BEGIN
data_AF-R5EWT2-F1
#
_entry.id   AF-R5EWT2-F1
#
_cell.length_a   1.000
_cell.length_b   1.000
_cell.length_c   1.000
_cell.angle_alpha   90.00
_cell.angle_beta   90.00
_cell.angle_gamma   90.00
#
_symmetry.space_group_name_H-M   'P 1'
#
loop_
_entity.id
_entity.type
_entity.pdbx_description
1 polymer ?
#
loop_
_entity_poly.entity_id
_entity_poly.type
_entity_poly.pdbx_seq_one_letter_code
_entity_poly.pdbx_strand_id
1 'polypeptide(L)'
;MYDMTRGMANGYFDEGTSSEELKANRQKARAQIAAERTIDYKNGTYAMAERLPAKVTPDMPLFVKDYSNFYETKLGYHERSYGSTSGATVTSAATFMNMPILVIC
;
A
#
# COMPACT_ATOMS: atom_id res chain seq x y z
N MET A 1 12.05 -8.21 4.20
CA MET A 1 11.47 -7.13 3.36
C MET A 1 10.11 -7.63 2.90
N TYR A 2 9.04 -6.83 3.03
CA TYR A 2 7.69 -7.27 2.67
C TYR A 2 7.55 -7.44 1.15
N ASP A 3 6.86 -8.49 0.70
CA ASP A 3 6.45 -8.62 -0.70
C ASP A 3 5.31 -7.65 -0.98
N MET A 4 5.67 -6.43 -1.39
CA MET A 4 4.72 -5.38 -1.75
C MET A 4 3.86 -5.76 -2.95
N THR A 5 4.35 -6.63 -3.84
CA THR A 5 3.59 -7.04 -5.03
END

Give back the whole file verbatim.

data_AF-R5EWT2-F1
#
_entry.id   AF-R5EWT2-F1
#
_cell.length_a   1.000
_cell.length_b   1.000
_cell.length_c   1.000
_cell.angle_alpha   90.00
_cell.angle_beta   90.00
_cell.angle_gamma   90.00
#
_symmetry.space_group_name_H-M   'P 1'
#
loop_
_entity.id
_entity.type
_entity.pdbx_description
1 polymer ?
#
loop_
_entity_poly.entity_id
_entity_poly.type
_entity_poly.pdbx_seq_one_letter_code
_entity_poly.pdbx_strand_id
1 'polypeptide(L)'
;MYDMTRGMANGYFDEGTSSEELKANRQKARAQIAAERTIDYKNGTYAMAERLPAKVTPDMPLFVKDYSNFYETKLGYHERSYGSTSGATVTSAATFMNMPILVIC
;
A
#
# COMPACT_ATOMS: atom_id res chain seq x y z
N MET A 1 12.05 -8.21 4.20
CA MET A 1 11.47 -7.13 3.36
C MET A 1 10.11 -7.63 2.90
N TYR A 2 9.04 -6.83 3.03
CA TYR A 2 7.69 -7.27 2.67
C TYR A 2 7.55 -7.44 1.15
N ASP A 3 6.86 -8.49 0.70
CA ASP A 3 6.45 -8.62 -0.70
C ASP A 3 5.31 -7.65 -0.98
N MET A 4 5.67 -6.43 -1.39
CA MET A 4 4.72 -5.38 -1.75
C MET A 4 3.86 -5.76 -2.95
N THR A 5 4.35 -6.63 -3.84
CA THR A 5 3.59 -7.04 -5.03